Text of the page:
XXX! Sex Secrets Of Barbie And Ken

As everyone has always suspected on some level, America's favorite fashion doll Barbie has a seriously sordid past.

It's common knowledge that the iconic Mattel toy was based on a German sex doll, but according to the new book Toy Monster: The Big, Bad World of Mattel, that's not the only taint [Hee hee. -Ed.] in the material girl's past. If Barbie's always seemed suspiciously like a male fantasy, it might be because Jack Ryan, the designer who popularized her, was a "full-blown seventies-style swinger" with "a manic need for sexual gratification" from a parade of hired "Barbie clones," including the bombshell who gave Talking Barbie her voice. Says one friend,

"When Jack talked about creating Barbie . . . it was like listening to somebody talk about a sexual episode, almost like listening to a sexual pervert . . ."

Of course, Mattel founders Ruth and Elliot Handler were somewhat more wholesome; as pop culture known, Barbie and Ken were named for their two kids. The book says that young Ken "grew up embarrassed and humiliated by having an anatomically incorrect boy doll named after him . . . [with] no hint of genitalia." Ken, a closeted homosexual who went on to marry and have a family, died of AIDS in 1994; his sister Barbie seems to have borne up under the weight of being an international sex symbol, albeit reluctantly.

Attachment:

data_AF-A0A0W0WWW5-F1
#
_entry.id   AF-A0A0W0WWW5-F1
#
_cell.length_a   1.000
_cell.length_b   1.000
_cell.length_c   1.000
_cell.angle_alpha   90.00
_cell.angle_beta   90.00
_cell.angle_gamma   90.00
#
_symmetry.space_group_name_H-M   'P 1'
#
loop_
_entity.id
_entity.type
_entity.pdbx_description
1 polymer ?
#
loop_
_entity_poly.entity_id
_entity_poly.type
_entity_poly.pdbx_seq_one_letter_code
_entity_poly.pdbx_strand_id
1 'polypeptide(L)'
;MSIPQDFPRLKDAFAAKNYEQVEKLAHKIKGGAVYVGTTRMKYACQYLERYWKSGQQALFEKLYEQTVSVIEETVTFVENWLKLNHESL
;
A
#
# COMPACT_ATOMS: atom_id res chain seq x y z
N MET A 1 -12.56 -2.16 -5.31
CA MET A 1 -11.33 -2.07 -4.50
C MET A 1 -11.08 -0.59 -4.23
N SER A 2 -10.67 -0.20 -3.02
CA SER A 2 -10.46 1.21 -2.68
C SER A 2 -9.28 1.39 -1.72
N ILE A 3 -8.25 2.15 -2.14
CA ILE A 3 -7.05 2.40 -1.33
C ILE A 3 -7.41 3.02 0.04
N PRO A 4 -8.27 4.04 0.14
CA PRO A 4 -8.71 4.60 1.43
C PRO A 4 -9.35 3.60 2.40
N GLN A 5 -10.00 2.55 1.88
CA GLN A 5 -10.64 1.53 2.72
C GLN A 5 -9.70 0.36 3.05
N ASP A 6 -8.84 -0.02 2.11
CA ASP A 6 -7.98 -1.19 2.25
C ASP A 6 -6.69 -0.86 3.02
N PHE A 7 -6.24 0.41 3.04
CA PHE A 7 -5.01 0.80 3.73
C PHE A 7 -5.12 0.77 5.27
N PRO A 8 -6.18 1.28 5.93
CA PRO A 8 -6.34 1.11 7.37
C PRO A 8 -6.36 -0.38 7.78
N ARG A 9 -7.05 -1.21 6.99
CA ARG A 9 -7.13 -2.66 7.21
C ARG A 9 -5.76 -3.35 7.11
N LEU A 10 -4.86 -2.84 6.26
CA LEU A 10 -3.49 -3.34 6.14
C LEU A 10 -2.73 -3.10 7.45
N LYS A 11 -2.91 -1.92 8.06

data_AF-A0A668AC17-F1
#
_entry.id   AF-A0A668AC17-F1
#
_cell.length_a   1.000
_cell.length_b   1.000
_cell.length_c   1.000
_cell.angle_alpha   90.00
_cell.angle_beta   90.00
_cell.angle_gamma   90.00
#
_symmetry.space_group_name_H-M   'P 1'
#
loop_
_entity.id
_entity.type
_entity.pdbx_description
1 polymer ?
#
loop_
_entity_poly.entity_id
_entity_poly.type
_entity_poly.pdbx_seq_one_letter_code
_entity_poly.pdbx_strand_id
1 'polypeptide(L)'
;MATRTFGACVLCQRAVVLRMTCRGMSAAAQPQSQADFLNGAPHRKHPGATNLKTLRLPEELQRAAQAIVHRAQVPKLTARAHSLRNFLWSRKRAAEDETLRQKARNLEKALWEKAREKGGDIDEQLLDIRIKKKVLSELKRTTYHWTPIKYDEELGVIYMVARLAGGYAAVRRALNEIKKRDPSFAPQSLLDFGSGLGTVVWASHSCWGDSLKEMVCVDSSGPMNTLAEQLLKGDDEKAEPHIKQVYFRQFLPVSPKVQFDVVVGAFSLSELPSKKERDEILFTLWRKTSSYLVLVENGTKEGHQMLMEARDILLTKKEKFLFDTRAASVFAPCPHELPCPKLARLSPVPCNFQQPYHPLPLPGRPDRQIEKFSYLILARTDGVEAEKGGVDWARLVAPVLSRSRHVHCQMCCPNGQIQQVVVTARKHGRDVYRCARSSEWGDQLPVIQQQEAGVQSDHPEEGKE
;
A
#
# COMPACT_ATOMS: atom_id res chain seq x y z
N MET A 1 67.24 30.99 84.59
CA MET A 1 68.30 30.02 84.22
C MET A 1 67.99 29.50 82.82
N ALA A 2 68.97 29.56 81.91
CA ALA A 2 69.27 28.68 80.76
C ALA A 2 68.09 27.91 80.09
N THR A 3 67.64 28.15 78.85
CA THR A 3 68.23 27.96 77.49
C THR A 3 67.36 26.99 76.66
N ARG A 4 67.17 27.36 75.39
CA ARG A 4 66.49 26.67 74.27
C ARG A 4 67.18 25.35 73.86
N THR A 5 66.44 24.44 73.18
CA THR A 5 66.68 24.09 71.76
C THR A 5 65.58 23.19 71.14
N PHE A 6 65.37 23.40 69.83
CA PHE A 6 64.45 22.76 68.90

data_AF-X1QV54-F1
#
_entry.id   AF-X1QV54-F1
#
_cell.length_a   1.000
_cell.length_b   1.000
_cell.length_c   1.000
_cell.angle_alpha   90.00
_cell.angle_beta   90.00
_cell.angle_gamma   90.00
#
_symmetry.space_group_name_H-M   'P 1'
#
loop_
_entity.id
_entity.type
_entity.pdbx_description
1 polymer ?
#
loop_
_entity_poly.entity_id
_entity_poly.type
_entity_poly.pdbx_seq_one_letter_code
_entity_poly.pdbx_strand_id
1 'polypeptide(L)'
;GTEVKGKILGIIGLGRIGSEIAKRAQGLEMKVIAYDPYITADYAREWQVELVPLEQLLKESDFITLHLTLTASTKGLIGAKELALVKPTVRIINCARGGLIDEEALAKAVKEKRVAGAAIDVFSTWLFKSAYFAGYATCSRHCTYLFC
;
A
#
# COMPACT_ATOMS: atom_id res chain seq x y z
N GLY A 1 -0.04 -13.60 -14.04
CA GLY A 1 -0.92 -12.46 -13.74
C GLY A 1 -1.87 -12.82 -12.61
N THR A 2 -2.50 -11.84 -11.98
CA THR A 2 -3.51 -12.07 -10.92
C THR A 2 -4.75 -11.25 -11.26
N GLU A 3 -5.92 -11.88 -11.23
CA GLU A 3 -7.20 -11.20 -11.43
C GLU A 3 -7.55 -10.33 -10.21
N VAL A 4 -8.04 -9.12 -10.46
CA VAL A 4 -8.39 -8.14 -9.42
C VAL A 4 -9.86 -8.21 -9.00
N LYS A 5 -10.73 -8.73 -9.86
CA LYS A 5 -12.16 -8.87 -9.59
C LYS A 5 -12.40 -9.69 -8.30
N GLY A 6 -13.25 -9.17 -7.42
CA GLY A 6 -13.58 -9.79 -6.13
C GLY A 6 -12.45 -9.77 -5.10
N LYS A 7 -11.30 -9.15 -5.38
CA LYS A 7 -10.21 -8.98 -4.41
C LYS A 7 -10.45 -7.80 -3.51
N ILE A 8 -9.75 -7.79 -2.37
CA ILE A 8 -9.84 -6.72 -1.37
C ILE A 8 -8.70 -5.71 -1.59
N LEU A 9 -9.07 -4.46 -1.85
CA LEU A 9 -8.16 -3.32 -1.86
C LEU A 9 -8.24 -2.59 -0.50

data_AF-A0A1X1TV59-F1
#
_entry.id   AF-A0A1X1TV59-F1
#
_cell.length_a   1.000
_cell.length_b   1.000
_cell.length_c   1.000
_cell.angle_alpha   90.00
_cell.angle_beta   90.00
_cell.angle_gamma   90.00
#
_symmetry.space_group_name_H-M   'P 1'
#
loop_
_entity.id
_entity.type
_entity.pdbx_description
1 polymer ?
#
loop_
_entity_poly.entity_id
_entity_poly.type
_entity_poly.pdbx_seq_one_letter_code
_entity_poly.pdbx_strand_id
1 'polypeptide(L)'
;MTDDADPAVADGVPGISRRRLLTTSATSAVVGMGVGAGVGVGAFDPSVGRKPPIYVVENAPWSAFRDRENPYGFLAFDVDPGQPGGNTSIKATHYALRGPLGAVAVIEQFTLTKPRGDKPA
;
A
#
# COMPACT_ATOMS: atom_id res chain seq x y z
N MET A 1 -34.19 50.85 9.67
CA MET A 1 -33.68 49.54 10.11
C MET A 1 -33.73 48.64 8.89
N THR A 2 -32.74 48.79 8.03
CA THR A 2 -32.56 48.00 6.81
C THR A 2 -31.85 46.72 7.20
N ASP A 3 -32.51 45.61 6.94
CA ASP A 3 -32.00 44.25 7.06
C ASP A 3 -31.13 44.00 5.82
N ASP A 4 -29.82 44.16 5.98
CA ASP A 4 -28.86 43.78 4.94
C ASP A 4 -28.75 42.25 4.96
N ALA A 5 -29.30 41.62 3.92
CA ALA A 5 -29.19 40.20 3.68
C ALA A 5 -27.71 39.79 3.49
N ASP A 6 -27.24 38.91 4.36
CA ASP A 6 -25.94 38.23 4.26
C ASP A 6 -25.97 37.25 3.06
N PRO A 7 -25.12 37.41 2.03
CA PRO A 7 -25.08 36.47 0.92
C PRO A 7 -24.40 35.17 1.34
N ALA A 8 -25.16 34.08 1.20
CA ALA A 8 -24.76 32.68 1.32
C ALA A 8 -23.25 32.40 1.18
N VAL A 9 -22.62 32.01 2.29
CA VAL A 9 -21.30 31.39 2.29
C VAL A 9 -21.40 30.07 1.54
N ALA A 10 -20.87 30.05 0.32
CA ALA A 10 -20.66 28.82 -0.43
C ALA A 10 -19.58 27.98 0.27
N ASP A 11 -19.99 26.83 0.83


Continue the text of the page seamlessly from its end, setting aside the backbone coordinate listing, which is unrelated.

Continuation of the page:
To those of us who loved Barbie, none of this will exactly come as a shock: part of Barbie's appeal was always the taint of the forbidden and adult, a grown-up femme fatale in a world of baby dolls. A child is never Barbie's mom; it's a different, less straightforward relationship. Feminists who've criticized the doll as an unrealistic example of femininity may feel vindicated by the knowledge that she was designed as a sex object by a man whose attitude towards women seems to have been less than, ahem, respectful. And yet, it can't be denied that kids love Barbie, in part because she gives them a certain power over a mini adult. (Or a reason to wreak havoc.) Freud would doubtless have a lot to say about the basic appeal of sexuality; as Ken Handler could probably have told him, a doll is never just a doll.

Sex Secrets Of Barbie And Ken [New York Post]

Earlier: It's Barbie, Bitch